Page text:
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The range of oils to cook with can be overwhelming, how do you pick what you fry or saute your food with? Is it purely price, or taste / flavour the oil adds to the food you’re making or just whatever your local supermarket stocks will do! There’s so many oils out there with different flavours, properties and health benefits. We’re breaking down some of the most commonly used ones so you’re clued up next time you need to stock up…
Extra virgin olive oil
You can use it to cook food, it tends to be the more expensive oil so you might want to decide when and where you use it and actually save for a dressing or dip. It has a lower smoke point than most other cooking oils and high heat can ruin it’s flavour even if it’s not burning your food just yet!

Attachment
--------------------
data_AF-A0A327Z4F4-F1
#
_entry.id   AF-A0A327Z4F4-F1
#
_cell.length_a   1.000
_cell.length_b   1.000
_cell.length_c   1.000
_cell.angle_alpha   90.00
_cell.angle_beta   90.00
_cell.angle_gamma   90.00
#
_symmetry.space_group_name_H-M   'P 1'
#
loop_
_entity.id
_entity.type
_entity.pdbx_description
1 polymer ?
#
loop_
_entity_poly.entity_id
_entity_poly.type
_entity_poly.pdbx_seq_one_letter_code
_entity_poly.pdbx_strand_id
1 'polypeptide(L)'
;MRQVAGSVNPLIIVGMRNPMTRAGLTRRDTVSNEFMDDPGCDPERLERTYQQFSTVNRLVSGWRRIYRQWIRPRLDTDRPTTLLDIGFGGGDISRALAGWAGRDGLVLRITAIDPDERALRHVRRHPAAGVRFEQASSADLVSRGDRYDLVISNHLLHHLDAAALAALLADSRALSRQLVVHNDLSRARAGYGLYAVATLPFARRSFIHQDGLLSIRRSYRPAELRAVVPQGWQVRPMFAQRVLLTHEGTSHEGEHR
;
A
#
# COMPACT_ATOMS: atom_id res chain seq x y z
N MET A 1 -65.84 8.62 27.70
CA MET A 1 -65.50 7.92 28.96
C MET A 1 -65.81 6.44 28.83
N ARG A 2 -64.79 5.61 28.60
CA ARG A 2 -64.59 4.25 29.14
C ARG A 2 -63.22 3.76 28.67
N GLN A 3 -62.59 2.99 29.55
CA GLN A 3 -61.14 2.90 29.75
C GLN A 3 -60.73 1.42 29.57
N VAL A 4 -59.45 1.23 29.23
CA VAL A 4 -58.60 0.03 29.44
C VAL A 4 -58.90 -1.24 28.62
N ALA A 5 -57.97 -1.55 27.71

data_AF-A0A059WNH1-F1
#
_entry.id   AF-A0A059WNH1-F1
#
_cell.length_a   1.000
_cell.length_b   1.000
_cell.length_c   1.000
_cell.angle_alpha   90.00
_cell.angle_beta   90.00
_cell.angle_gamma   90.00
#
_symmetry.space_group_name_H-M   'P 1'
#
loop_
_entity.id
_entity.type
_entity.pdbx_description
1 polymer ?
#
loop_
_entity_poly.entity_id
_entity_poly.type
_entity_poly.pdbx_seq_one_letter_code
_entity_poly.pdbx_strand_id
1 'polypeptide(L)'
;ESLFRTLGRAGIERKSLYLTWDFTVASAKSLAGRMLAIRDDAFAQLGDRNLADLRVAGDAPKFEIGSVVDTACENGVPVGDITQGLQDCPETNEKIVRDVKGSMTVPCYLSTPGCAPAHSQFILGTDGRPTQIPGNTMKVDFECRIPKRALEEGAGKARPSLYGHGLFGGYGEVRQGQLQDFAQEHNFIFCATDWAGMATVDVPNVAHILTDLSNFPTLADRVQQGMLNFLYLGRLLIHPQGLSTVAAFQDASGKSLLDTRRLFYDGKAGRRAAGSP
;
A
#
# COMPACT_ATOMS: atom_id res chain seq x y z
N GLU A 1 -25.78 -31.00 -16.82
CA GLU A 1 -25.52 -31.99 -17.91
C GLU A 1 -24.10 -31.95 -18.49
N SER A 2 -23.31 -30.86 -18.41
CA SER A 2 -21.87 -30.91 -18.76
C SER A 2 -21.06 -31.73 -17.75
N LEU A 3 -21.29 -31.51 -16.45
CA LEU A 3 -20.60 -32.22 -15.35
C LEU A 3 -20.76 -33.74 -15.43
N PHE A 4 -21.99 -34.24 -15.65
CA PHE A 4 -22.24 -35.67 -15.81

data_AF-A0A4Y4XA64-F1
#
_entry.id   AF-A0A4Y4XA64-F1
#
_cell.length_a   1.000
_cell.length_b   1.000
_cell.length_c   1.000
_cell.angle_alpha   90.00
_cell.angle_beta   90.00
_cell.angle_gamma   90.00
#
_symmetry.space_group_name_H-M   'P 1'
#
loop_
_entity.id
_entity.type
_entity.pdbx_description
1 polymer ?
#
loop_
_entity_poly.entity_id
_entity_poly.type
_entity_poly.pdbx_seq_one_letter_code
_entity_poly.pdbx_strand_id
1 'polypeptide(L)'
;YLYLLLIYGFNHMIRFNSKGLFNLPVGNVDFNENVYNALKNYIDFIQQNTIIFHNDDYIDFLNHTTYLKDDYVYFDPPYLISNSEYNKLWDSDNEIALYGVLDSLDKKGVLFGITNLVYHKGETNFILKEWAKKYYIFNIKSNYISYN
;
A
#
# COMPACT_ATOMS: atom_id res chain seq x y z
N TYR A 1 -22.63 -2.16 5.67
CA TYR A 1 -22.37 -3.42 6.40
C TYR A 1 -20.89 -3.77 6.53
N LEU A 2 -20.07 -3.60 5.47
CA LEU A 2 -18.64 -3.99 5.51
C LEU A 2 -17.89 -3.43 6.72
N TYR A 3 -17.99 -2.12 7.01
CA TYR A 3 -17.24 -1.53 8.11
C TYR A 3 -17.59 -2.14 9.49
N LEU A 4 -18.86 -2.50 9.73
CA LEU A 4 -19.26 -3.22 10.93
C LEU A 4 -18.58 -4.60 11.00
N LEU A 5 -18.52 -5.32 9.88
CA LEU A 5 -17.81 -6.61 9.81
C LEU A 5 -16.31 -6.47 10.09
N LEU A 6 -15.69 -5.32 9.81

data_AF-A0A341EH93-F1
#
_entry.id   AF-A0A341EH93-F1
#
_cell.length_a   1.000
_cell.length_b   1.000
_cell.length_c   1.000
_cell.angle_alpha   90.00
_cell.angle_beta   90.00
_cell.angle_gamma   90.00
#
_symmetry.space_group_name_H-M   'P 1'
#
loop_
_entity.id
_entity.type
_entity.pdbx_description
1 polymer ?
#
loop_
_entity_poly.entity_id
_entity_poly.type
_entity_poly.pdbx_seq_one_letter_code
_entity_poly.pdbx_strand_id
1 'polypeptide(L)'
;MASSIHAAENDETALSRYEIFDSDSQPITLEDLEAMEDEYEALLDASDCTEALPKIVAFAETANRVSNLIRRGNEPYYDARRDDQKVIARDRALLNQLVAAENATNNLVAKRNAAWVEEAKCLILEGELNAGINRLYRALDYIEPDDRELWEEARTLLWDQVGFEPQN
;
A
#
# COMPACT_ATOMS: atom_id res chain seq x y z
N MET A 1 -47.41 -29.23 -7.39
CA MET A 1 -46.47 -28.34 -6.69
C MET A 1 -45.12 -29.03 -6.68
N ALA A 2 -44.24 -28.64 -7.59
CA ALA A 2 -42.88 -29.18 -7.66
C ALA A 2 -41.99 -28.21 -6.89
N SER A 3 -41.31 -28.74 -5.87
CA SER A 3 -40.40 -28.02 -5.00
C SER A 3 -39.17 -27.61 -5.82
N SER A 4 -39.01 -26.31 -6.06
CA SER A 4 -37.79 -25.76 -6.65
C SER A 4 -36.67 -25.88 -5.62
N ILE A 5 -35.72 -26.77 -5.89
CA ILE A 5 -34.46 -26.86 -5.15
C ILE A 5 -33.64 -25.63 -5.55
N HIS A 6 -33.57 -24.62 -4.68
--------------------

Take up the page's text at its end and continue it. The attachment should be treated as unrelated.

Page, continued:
Great for roasting and baking on a relatively low heat. Again a lower smoke point than other oils so not one for any deep frying! But is perfect in solid form for a butter substitute in baking recipes. Especially if you’re looking for a non-dairy option.
Perfect for stir fry and no fear of burning due to its high smoke point. It does taste pretty strongly of, yep you guessed it, peanut – so you might not want to cook more neutral dishes with it. But any Chinese or Thai inspired recipes you’ve got in the works, this will work wonders for.
Vegetable / corn oil
A staple in most households and probably the easiest, most affordable option. It has a high smoke point and virtually no taste of its own so is extremely versatile. However it’s not the healthiest and many people are beginning to opt for sunflower or Grapeseed oil alternatives.
Newer to the scene than others we’ve mentioned, but a really great option due to its high smoke point and subtle but buttery flavour. It’s not the most common so your local shop might not stock it yet , but most supermarkets will. It also doubles well as a dressing or mixer due to its flavour.